Capitalism: A Very Short Introduction by James Fulcher contains an overview of debates about capitalism and how and why it emerged, as well as explaining capitalism's tendency to crisis and comparing its modern incarnations to each other. Despite a mostly Marxist-inspired analysis, the book ends on a very reformist note, encouraging those that desire to change social conditions to work for reforms within capitalism.
Fulcher examines three historical examples of capitalism, what he calls merchant capital, capitalist production and financial capitalism. He notes that "all involve the investment of money in order to make a profit, the essential feature of capitalism." (14) Slightly restating the point, he concludes the first chapter: "So the answer to our question [of what capitalism is] is that capitalism involves the investment of money to make more money." (18)
Fulcher reprises Ellen Meiksins Wood's account of the origins of capitalism in the opening of the second chapter. With regard to British capitalism, Fulcher highlights combinations and friendly societies as forerunners of unions and the prior growth of merchant capitalism as presaging the emergence of capitalist production. Earlier, he identifies the "growth of production, consumption and markets in 16th-century England" (21) and Journeyman's societies as antecedents of the aforementioned developments. Moving even earlier into history, he cites "changes in social relationships in the countryside," (23) the enclosure movement and the Black Death as predisposing Britain to capitalism. His search for contributing factors takes Fulcher all the way back to 1066, when the Norman invasion established a relatively centralized rule (in contrast to a more dispersed feudal rule in other countries) that prevented feudalism from taking deep root in Britain.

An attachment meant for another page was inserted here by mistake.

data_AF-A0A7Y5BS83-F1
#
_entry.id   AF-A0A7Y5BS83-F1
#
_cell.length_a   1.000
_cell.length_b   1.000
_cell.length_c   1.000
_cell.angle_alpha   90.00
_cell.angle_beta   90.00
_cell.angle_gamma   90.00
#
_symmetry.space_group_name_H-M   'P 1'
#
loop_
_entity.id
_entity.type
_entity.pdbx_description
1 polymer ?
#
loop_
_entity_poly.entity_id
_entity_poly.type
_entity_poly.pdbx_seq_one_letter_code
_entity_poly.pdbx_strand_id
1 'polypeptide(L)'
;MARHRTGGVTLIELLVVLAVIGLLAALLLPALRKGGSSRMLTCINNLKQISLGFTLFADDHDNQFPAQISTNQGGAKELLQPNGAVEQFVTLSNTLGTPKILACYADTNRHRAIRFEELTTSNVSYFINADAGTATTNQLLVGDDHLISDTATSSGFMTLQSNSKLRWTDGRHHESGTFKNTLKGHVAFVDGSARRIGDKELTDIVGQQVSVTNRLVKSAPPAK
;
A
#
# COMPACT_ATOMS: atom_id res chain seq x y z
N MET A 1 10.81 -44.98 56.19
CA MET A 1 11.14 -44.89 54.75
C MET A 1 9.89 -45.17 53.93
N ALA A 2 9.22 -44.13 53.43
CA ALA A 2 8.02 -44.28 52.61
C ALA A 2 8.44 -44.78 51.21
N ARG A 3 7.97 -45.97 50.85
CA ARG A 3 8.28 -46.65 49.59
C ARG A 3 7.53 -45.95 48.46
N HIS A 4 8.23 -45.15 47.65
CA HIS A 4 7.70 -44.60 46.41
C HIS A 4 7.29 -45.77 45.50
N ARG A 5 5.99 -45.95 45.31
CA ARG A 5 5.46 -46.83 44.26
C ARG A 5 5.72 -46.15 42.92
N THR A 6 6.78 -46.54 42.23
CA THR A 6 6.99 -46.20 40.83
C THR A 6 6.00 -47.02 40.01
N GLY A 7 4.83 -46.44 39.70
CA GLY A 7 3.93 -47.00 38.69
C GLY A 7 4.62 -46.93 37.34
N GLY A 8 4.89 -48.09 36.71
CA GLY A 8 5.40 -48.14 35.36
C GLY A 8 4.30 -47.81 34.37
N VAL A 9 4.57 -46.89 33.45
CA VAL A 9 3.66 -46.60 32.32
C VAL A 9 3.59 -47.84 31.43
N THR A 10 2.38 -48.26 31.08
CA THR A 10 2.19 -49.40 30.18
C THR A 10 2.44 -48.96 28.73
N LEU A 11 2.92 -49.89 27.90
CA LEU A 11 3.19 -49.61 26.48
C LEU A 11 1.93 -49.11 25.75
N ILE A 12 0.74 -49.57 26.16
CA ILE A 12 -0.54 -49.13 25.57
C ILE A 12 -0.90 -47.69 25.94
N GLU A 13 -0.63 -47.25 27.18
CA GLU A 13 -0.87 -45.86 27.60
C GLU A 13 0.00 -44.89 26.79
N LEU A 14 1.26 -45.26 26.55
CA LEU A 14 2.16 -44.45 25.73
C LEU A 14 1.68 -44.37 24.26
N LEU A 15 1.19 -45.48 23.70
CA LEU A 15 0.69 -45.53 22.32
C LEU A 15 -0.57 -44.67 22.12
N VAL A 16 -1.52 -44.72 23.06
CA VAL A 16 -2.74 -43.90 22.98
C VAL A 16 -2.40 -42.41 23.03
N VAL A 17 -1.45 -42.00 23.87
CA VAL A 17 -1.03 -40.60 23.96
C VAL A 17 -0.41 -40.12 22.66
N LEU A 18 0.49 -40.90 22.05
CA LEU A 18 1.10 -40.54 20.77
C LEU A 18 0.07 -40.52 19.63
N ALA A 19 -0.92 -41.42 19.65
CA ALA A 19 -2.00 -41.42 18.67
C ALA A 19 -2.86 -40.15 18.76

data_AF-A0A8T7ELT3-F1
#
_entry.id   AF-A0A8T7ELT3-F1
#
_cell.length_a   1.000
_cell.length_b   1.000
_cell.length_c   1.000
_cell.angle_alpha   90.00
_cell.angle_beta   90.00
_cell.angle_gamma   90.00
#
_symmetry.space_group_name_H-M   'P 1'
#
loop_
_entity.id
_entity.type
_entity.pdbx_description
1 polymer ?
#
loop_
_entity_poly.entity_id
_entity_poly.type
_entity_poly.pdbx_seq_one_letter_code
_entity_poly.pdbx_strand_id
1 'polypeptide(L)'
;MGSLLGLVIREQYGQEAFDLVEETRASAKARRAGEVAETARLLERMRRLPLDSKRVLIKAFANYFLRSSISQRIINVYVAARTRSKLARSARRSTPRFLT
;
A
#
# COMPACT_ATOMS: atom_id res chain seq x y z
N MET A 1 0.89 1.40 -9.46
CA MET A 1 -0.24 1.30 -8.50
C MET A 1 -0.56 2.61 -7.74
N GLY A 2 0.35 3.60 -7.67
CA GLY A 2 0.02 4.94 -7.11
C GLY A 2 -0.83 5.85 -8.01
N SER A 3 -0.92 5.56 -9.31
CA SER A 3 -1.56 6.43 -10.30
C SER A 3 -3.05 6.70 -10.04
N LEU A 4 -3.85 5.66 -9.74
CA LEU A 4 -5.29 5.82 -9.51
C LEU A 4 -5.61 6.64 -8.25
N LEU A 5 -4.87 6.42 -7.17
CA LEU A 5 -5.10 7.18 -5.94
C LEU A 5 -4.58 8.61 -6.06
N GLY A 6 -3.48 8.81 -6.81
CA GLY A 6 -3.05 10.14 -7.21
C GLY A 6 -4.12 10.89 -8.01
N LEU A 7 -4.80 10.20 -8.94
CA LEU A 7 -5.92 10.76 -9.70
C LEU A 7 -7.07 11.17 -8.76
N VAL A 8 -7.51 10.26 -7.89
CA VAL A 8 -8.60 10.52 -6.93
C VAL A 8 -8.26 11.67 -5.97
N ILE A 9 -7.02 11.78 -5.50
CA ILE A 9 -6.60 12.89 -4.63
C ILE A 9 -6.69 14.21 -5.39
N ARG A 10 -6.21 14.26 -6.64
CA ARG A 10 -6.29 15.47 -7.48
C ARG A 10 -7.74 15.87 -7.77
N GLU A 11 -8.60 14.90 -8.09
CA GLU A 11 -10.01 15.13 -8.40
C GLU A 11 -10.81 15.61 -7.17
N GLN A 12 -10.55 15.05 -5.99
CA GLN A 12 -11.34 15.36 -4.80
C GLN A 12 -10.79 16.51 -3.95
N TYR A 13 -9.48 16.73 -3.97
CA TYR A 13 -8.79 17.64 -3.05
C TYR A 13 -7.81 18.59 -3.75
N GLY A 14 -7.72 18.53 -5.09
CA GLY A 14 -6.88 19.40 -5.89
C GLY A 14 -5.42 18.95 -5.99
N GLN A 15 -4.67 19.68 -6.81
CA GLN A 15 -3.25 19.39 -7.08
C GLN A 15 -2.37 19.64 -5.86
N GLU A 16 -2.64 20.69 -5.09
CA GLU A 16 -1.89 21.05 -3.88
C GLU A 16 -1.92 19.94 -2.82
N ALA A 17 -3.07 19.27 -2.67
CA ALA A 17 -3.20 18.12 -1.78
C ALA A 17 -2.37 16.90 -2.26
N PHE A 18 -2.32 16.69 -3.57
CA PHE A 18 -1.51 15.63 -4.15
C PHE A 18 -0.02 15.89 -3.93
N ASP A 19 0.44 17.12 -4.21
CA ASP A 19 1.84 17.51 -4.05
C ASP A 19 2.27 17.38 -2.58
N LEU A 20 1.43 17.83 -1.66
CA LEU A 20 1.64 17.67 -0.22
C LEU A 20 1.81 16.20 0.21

Fulcher then turns his attention to historical capitalist developments outside Britain. He argues "it is quite wrong to seek the origins of capitalism solely in Britain" (31) citing developments such as the international cloth trade and mining, financiers such as the Fuggers of Augsburg, joint-stock corporations, bills of exchange and book keeping and movements of refugees as important milestones achieved (partially) outside of the British Isles. Fulcher reminds the reader that "Economic leadership shifted from Italy to Germany and Flanders, then to Holland, and only later to Britain." (31)
Why did capitalism emerge in Europe? Fulcher quips that "Virtually every distinctive feature of European society has been advanced by someone as the explanation of the emergence of capitalism in Europe." (32) Fulcher discusses the theory that cities were responsible, but counters that much development originated in the countryside. He then considers feudalism as a cause, since "such key features of capitalism as markets and wage labor could emerge within feudal society" (33) but retorts that this is hardly inevitable, since Eastern European feudalism intensified when capitalism was developing in Western Europe. Fulcher mentions the Brenner thesis: "the peasants' capacity to organize against their feudal lords and free themselves from feudal bonds was here critical." (34) Fulcher rejects cultural/religious explanations such as Weber's, although he does concede that the mass refugee migration caused by cultural differences could have played a part. He mentions a negative argument about why capitalism didn't develop outside Europe, since a centralized state bureaucracy in other advanced societies provided other, "easier ways to become rich and powerful than through the accumulation of capital and the management of labor." (37) Fulcher concludes, "The absence in Europe of a single, cohesive, and totally dominant elite of this kind is the common factor that brings together the various explanations we have been considering." (37)